Minion versus Minion
Another neat addition that Minion Rush adds is Minion Race mode. This takes the endless runner formula and gives it a multiplayer spin. You and two other players race against one another on a three-lane track to the finish line. It plays and controls the same as the regular game, with two caveats. The first is that there are no instant-death traps; everything you hit just slows you down. The other is that there's a variety of new weapons and gadgets you can use to give yourself an edge, like jetpacks, tasers and fart guns. Minion Race lets you play dirty, and it's fun for that reason alone.
Sadly, an energy meter of sorts is utilized to limit how often you can experience it. If you want to play it again and again, then you'll either have to wait for it to recharge, or be willing to pay out some real money. Sticking what might be Minion Rush's best feature behind a paywall just feels plain tasteless. One can only hope that we will see more games of this nature in the near future.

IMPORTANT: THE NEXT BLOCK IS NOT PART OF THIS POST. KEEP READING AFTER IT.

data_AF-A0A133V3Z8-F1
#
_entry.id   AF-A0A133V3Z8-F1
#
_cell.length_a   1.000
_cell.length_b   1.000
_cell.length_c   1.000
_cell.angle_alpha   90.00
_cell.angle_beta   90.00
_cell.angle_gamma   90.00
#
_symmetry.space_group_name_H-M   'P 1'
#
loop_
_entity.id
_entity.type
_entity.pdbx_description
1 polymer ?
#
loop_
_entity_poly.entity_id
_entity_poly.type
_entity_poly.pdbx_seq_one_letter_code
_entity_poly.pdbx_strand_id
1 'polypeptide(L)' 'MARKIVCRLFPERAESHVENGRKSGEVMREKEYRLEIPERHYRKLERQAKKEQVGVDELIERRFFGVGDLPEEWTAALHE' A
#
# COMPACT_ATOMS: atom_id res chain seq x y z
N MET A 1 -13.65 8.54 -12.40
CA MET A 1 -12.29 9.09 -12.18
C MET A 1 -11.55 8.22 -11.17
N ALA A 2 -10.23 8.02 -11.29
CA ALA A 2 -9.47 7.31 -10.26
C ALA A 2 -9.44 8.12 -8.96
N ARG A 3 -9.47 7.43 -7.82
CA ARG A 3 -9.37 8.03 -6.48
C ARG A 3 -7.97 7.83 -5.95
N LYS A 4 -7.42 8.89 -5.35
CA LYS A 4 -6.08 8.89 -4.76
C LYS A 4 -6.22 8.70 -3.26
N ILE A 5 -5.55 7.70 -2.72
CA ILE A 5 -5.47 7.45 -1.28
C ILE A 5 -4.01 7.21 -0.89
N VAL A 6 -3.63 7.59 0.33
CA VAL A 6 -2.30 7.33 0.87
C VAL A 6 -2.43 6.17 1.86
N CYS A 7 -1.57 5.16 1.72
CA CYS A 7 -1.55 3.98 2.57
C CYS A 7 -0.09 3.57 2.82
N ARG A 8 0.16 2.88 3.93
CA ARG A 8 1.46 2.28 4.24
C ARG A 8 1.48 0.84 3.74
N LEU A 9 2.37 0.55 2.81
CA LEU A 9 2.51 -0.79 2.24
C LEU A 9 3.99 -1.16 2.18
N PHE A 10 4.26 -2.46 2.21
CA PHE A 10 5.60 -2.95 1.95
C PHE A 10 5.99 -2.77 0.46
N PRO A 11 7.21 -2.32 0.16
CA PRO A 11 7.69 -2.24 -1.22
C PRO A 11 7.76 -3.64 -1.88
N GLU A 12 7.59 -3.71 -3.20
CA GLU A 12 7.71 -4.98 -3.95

No Pay Raise for the Minions
Gru may be a generous boss to his minions in the movies, but this game sure isn't. Besides bananas, there's a secondary currency in the form of tokens. Tokens are needed to buy certain upgrades, revive your character on a run that goes bad, or recharge your energy meter if you want to play more Minion Races. The average cost for most things that use tokens is usually around 50, and the game is incredibly stingy on giving them away; you'll be lucky if you can get five a day. The only really dependable method to acquire tokens is to either buy more with actual money, or pester your friends on Facebook, neither of which are very ideal solutions. Minion Rush may be a free download that needs to make money somehow, but the prices it's asking could definitely be a lot more fair.
Conclusion: Despicably Good
In the end, while Minion Rush can be a tad expensive should you actually feel the need to pay for it, you can still enjoy it as a completely free game and experience most of what it has to offer without paying a cent. It may seem like just another free runner in a market that's oversaturated with them, but it does everything the genre is known for remarkably well. It looks fantastic, it's a lot of fun, it's polished, it's funny and brimming with personality, and it throws in just enough new twists to make things interesting. Minion Rush is a great game that everyone should check out. Only those who can't stand the Despicable Me franchise or the minions should stay away.
- Review by David Galvin
Dave Galvin is a freelance writer and avid gamer. Somehow, he managed to find a way to combine the two passions.